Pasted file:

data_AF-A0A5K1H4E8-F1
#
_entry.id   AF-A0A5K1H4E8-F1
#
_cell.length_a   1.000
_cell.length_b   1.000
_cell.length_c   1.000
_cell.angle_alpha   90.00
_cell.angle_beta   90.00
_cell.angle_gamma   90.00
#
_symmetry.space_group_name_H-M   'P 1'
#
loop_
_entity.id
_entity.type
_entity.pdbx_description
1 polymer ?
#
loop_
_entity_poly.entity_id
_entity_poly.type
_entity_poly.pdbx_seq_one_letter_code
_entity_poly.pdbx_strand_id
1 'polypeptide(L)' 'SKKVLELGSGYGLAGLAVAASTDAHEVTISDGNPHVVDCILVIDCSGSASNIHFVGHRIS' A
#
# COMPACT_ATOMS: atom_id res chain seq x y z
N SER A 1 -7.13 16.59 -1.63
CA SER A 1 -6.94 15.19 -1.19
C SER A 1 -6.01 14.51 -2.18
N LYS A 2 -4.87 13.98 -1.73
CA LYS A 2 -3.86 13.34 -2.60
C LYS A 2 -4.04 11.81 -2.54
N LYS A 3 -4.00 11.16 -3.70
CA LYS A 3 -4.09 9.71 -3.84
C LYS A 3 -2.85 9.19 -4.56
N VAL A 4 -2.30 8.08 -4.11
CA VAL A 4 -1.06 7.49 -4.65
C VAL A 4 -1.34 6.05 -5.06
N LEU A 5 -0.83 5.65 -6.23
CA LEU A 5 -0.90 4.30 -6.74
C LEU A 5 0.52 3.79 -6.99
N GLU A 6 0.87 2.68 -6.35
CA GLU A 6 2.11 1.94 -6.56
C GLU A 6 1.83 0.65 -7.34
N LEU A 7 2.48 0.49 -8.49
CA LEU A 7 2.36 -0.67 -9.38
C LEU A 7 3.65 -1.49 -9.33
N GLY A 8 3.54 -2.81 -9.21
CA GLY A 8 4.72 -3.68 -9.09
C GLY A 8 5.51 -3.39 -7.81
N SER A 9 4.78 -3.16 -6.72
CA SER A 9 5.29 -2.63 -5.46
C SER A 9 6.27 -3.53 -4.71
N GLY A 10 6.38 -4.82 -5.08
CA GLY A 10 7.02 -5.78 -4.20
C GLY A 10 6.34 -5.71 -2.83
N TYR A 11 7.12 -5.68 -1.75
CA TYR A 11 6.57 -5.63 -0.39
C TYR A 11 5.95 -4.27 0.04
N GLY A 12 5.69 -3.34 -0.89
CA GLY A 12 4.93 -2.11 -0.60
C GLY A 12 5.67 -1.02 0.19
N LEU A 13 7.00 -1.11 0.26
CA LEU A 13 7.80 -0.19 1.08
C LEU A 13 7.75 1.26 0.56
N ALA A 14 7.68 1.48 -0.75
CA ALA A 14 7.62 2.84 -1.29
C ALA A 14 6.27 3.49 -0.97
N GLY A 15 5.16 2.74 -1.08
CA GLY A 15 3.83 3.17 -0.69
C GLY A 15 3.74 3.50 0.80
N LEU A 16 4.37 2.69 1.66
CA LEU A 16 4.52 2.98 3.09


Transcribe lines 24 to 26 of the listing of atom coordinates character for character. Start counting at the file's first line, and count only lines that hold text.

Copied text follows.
_entity_poly.pdbx_strand_id
1 'polypeptide(L)' 'SKKVLELGSGYGLAGLAVAASTDAHEVTISDGNPHVVDCILVIDCSGSASNIHFVGHRIS' A
#